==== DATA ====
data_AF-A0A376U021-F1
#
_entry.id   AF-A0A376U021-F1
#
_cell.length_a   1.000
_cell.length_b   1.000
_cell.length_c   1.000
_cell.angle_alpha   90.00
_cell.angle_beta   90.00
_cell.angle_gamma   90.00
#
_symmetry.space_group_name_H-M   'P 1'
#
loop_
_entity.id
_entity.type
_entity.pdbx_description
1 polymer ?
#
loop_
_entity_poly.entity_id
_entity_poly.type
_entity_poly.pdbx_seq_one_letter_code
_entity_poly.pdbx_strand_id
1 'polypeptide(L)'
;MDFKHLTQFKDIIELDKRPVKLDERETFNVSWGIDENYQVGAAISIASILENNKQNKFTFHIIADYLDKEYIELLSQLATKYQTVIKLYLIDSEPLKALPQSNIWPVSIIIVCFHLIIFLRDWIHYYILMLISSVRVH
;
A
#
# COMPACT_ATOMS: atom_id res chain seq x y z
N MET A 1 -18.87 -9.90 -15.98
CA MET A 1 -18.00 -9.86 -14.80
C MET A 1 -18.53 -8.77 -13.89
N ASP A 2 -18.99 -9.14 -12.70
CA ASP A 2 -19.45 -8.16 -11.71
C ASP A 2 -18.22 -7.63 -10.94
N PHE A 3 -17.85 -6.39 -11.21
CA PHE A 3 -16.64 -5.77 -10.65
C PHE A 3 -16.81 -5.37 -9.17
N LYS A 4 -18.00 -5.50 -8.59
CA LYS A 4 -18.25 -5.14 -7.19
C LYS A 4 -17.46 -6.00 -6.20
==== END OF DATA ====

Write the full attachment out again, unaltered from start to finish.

data_AF-A0A376U021-F1
#
_entry.id   AF-A0A376U021-F1
#
_cell.length_a   1.000
_cell.length_b   1.000
_cell.length_c   1.000
_cell.angle_alpha   90.00
_cell.angle_beta   90.00
_cell.angle_gamma   90.00
#
_symmetry.space_group_name_H-M   'P 1'
#
loop_
_entity.id
_entity.type
_entity.pdbx_description
1 polymer ?
#
loop_
_entity_poly.entity_id
_entity_poly.type
_entity_poly.pdbx_seq_one_letter_code
_entity_poly.pdbx_strand_id
1 'polypeptide(L)'
;MDFKHLTQFKDIIELDKRPVKLDERETFNVSWGIDENYQVGAAISIASILENNKQNKFTFHIIADYLDKEYIELLSQLATKYQTVIKLYLIDSEPLKALPQSNIWPVSIIIVCFHLIIFLRDWIHYYILMLISSVRVH
;
A
#
# COMPACT_ATOMS: atom_id res chain seq x y z
N MET A 1 -18.87 -9.90 -15.98
CA MET A 1 -18.00 -9.86 -14.80
C MET A 1 -18.53 -8.77 -13.89
N ASP A 2 -18.99 -9.14 -12.70
CA ASP A 2 -19.45 -8.16 -11.71
C ASP A 2 -18.22 -7.63 -10.94
N PHE A 3 -17.85 -6.39 -11.21
CA PHE A 3 -16.64 -5.77 -10.65
C PHE A 3 -16.81 -5.37 -9.17
N LYS A 4 -18.00 -5.50 -8.59
CA LYS A 4 -18.25 -5.14 -7.19
C LYS A 4 -17.46 -6.00 -6.20